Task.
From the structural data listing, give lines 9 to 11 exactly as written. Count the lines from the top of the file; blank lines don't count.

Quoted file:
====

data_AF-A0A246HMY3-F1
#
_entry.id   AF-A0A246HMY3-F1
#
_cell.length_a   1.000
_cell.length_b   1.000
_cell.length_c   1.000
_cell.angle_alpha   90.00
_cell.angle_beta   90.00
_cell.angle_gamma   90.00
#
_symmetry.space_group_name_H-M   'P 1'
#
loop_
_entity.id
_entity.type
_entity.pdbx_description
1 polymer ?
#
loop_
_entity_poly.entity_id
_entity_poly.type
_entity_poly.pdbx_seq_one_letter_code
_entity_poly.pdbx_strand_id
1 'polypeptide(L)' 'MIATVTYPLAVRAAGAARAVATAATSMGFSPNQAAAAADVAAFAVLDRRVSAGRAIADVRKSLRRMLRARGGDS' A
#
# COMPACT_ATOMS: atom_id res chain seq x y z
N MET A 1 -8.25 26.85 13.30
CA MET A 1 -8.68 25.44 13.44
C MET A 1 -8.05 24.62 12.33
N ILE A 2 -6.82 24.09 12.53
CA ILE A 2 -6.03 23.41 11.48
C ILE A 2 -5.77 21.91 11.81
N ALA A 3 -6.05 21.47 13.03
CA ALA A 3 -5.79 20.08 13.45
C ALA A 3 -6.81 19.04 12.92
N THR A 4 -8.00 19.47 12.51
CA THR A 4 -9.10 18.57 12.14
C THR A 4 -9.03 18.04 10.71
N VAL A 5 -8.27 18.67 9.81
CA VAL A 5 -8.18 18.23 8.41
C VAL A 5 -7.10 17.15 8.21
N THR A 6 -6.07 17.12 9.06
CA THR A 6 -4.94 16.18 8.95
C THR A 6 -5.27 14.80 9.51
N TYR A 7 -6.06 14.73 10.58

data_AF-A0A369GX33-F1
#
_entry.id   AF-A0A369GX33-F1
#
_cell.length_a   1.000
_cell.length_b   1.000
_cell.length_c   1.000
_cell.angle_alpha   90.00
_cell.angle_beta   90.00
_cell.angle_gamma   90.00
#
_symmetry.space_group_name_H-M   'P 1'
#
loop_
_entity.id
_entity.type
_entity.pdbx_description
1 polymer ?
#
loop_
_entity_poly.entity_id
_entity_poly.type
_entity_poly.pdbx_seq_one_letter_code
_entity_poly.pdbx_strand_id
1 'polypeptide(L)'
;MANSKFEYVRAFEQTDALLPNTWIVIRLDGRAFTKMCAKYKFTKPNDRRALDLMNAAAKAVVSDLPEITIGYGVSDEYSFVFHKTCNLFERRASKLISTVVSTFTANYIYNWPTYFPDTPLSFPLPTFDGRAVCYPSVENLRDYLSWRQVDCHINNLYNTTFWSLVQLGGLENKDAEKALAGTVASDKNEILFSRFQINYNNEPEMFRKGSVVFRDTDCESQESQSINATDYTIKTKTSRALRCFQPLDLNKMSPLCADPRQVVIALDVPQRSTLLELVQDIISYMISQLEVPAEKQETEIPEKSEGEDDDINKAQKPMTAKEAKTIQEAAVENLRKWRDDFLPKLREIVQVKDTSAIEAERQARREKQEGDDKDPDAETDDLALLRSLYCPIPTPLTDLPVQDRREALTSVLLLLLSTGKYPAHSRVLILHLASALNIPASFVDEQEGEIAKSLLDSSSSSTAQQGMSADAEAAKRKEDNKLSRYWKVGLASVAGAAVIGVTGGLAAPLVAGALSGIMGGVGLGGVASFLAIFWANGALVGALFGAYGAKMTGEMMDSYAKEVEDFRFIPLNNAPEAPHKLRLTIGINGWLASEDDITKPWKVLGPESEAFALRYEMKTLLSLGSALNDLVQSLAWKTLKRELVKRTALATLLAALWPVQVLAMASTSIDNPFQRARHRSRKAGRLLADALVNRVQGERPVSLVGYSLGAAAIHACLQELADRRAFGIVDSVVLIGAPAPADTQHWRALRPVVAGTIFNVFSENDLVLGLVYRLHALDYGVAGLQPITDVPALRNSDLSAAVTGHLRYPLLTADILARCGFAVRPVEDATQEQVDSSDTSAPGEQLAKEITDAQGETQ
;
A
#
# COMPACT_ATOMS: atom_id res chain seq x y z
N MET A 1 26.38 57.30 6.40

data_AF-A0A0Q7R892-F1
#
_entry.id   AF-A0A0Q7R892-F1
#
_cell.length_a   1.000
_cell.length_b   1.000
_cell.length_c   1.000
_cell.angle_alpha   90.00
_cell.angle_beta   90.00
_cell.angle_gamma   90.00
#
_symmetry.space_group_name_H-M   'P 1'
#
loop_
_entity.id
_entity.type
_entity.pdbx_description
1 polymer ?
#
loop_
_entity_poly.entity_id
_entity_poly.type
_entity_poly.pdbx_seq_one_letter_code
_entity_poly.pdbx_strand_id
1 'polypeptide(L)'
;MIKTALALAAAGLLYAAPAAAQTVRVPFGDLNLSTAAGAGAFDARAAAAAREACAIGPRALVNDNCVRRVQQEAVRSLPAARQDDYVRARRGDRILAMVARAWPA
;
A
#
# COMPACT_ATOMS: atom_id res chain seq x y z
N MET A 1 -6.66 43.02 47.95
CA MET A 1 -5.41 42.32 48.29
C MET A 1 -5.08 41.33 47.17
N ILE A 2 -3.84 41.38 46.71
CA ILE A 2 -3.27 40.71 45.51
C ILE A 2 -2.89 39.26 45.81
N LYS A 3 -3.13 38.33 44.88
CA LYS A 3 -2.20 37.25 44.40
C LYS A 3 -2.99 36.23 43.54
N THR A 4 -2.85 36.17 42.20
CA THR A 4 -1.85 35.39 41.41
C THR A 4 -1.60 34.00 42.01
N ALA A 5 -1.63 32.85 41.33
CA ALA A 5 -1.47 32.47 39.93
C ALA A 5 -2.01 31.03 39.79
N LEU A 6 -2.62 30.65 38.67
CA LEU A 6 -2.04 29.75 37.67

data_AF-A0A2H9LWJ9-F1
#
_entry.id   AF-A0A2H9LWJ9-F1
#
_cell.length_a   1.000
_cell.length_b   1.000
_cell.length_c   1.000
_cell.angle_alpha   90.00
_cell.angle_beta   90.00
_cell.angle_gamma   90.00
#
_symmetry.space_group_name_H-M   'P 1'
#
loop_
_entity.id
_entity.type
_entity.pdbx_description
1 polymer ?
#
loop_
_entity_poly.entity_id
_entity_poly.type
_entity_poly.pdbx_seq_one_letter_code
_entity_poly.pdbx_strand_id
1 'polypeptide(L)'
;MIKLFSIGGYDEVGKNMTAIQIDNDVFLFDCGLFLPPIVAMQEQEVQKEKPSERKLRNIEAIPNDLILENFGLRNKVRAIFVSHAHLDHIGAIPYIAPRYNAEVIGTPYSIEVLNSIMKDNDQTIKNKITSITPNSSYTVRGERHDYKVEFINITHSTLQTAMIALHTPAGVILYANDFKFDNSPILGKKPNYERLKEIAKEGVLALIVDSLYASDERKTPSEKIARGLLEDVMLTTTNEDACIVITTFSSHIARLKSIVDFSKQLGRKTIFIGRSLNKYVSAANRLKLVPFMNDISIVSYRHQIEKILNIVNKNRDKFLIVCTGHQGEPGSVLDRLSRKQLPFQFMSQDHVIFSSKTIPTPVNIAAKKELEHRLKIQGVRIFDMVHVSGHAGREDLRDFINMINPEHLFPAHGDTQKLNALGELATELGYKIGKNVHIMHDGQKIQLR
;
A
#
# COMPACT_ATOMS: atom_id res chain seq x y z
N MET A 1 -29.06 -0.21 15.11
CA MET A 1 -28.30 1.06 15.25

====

_cell.angle_beta   90.00
_cell.angle_gamma   90.00
#